According to a report from the CRS produced for Sen. Jeff Sessions (R-Ala.), $1 trillion was spent on federal welfare programs during fiscal year 2011 – with $746 billion in federal funds and $254 in state matching funds.
The U.S. Census Bureau reported that there were approximately 16.8 million households living below the federal poverty level of $23,000 per year for a family of four in 2011. ( See: 2011 Households Below Poverty 2011.pdf )
If each of the estimated 16.8 million households with income below the poverty level were to have received an equal share of the total welfare spending for fiscal year 2011, they each would have received $59,523.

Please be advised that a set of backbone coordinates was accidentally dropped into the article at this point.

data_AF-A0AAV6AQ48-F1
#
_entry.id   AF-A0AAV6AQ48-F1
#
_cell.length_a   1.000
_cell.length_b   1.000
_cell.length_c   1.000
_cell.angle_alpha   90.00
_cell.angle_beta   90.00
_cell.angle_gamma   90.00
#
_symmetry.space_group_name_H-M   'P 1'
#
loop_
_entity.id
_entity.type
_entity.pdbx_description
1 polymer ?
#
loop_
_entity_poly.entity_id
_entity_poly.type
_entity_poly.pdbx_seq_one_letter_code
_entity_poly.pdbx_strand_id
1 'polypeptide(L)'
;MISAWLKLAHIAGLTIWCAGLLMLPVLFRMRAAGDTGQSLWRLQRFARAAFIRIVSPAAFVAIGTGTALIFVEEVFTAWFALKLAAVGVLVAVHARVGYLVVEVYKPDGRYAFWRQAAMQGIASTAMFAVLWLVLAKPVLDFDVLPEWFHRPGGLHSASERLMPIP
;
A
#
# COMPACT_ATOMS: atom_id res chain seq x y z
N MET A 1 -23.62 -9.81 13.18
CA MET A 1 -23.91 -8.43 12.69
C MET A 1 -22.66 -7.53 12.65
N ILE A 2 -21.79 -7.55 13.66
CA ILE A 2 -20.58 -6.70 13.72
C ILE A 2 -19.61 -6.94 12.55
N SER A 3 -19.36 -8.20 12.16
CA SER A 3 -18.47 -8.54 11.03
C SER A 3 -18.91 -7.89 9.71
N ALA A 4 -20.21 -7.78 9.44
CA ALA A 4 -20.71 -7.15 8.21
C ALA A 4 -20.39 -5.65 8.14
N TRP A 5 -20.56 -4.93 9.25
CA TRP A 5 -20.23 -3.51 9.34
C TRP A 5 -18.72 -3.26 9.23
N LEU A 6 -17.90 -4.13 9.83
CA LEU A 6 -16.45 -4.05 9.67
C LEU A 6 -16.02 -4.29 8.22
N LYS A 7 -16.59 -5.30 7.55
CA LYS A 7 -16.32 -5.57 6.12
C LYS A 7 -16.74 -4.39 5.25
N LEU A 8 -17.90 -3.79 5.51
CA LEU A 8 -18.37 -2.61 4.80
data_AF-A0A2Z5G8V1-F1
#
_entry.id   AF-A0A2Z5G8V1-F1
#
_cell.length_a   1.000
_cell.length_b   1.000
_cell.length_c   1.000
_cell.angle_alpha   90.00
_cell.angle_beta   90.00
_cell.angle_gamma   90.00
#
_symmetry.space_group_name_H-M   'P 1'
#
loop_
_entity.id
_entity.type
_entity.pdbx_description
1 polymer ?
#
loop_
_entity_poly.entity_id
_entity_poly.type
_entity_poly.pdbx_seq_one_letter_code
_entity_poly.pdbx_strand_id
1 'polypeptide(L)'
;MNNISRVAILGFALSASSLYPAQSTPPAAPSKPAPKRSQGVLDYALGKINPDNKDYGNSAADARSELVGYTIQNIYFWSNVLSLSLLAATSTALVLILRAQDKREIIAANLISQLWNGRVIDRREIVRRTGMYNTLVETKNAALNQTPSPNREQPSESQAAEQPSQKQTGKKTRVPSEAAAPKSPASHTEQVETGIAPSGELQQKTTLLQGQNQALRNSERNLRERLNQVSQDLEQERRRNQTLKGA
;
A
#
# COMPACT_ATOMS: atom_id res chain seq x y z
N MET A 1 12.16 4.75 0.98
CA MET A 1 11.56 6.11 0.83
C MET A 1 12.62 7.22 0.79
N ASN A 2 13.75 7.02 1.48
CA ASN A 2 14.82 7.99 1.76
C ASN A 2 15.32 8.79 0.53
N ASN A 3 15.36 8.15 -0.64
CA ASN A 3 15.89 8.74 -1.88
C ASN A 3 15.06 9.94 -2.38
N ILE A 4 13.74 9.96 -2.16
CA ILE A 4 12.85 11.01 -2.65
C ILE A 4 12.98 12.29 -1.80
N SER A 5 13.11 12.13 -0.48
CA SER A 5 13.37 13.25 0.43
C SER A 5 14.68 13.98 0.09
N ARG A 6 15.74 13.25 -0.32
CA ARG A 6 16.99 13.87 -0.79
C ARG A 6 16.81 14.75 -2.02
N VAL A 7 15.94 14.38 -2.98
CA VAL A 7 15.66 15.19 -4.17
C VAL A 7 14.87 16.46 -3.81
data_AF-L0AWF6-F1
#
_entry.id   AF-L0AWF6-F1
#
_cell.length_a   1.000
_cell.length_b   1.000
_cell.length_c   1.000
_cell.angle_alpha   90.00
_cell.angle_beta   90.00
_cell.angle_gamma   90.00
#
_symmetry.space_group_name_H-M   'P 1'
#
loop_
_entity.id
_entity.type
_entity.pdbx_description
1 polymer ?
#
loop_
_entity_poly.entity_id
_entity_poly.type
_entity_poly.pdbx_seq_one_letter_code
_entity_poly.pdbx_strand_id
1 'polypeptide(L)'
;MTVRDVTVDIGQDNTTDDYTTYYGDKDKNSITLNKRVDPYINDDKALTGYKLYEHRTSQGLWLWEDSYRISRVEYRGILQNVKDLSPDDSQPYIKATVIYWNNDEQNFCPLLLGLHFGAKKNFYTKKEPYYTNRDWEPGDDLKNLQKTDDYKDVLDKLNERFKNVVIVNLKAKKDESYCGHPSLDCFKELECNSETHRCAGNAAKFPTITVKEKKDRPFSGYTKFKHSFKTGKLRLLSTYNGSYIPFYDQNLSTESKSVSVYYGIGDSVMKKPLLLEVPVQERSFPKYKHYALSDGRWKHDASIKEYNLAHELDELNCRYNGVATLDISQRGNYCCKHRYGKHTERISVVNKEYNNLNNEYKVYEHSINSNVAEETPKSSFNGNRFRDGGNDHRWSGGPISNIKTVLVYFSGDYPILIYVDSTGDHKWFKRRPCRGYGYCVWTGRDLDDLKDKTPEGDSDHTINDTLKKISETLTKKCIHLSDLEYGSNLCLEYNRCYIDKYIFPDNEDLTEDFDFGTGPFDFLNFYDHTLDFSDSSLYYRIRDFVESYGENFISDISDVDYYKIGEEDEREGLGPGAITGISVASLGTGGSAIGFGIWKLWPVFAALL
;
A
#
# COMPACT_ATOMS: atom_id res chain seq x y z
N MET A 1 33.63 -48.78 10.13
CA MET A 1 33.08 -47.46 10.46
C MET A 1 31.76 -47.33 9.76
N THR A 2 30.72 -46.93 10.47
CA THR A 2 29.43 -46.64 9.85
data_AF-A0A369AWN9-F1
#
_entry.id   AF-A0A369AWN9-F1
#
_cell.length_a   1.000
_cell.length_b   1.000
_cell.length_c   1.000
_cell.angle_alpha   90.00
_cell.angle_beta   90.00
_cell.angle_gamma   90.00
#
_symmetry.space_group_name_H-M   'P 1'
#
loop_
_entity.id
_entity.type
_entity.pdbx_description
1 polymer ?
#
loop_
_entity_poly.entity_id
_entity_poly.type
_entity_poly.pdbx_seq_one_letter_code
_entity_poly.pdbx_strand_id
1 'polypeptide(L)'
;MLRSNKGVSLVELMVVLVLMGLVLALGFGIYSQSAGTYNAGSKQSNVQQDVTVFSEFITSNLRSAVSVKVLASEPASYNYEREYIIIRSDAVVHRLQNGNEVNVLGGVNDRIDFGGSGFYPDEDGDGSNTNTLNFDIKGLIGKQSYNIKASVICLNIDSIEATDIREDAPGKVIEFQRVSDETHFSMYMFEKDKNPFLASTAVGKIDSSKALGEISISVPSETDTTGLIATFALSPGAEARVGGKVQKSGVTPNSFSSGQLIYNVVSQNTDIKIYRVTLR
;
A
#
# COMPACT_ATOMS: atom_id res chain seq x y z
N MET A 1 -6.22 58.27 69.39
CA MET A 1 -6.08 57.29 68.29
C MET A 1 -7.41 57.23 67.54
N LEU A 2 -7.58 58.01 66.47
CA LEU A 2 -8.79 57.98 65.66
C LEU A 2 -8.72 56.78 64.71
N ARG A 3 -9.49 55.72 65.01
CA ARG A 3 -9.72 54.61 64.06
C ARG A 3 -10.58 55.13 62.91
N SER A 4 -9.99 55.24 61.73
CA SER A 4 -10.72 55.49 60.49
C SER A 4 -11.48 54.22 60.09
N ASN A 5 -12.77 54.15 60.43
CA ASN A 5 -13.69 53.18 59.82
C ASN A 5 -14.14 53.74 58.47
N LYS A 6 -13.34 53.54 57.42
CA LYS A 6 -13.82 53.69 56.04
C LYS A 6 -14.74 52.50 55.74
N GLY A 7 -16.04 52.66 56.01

This federal welfare spending does not include programs such as Medicare and Social Security, because they are not means-tested programs. Means-tested programs are those that only pay out benefits to people whose incomes fall below a certain threshold, such as food stamps, traditional cash welfare, and Medicaid.
In other words, if the government were to discontinue its myriad federal welfare programs, such as housing vouchers, food stamps, and Medicaid, and instead just wrote every poor household a check, it would nearly quadruple their income: increasing it from at most $23,000 per year to nearly $83,000 per year.